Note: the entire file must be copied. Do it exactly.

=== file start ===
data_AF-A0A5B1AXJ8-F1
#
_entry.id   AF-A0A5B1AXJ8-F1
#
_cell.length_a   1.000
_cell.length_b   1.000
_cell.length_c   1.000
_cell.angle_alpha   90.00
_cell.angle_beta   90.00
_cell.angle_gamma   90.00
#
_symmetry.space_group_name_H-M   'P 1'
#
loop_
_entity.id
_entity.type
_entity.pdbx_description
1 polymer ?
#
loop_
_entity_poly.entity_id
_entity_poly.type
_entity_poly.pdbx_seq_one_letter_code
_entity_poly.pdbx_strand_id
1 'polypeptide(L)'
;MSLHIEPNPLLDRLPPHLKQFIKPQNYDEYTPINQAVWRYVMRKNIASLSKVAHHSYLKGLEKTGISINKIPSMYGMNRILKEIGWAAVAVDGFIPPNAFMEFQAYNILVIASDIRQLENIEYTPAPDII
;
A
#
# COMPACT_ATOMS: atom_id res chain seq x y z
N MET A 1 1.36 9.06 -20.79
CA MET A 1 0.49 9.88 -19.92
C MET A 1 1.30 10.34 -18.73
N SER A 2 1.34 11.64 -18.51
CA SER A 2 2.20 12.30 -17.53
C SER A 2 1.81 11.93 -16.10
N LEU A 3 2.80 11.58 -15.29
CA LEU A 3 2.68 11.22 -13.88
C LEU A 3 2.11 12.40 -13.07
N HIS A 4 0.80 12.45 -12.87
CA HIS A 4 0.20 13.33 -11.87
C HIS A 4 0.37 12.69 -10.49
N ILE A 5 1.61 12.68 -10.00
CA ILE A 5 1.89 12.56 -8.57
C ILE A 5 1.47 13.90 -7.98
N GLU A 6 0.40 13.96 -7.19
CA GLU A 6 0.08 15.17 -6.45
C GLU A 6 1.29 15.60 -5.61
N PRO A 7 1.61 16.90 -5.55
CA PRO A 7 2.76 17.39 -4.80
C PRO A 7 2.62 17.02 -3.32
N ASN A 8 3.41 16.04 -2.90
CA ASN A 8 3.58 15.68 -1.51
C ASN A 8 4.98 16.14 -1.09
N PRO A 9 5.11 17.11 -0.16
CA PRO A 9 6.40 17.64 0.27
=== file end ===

data_AF-A0A5B1AXJ8-F1
#
_entry.id   AF-A0A5B1AXJ8-F1
#
_cell.length_a   1.000
_cell.length_b   1.000
_cell.length_c   1.000
_cell.angle_alpha   90.00
_cell.angle_beta   90.00
_cell.angle_gamma   90.00
#
_symmetry.space_group_name_H-M   'P 1'
#
loop_
_entity.id
_entity.type
_entity.pdbx_description
1 polymer ?
#
loop_
_entity_poly.entity_id
_entity_poly.type
_entity_poly.pdbx_seq_one_letter_code
_entity_poly.pdbx_strand_id
1 'polypeptide(L)'
;MSLHIEPNPLLDRLPPHLKQFIKPQNYDEYTPINQAVWRYVMRKNIASLSKVAHHSYLKGLEKTGISINKIPSMYGMNRILKEIGWAAVAVDGFIPPNAFMEFQAYNILVIASDIRQLENIEYTPAPDII
;
A
#
# COMPACT_ATOMS: atom_id res chain seq x y z
N MET A 1 1.36 9.06 -20.79
CA MET A 1 0.49 9.88 -19.92
C MET A 1 1.30 10.34 -18.73
N SER A 2 1.34 11.64 -18.51
CA SER A 2 2.20 12.30 -17.53
C SER A 2 1.81 11.93 -16.10
N LEU A 3 2.80 11.58 -15.29
CA LEU A 3 2.68 11.22 -13.88
C LEU A 3 2.11 12.40 -13.07
N HIS A 4 0.80 12.45 -12.87
CA HIS A 4 0.20 13.33 -11.87
C HIS A 4 0.37 12.69 -10.49
N ILE A 5 1.61 12.68 -10.00
CA ILE A 5 1.89 12.56 -8.57
C ILE A 5 1.47 13.90 -7.98
N GLU A 6 0.40 13.96 -7.19
CA GLU A 6 0.08 15.17 -6.45
C GLU A 6 1.29 15.60 -5.61
N PRO A 7 1.61 16.90 -5.55
CA PRO A 7 2.76 17.39 -4.80
C PRO A 7 2.62 17.02 -3.32
N ASN A 8 3.41 16.04 -2.90
CA ASN A 8 3.58 15.68 -1.51
C ASN A 8 4.98 16.14 -1.09
N PRO A 9 5.11 17.11 -0.16
CA PRO A 9 6.40 17.64 0.27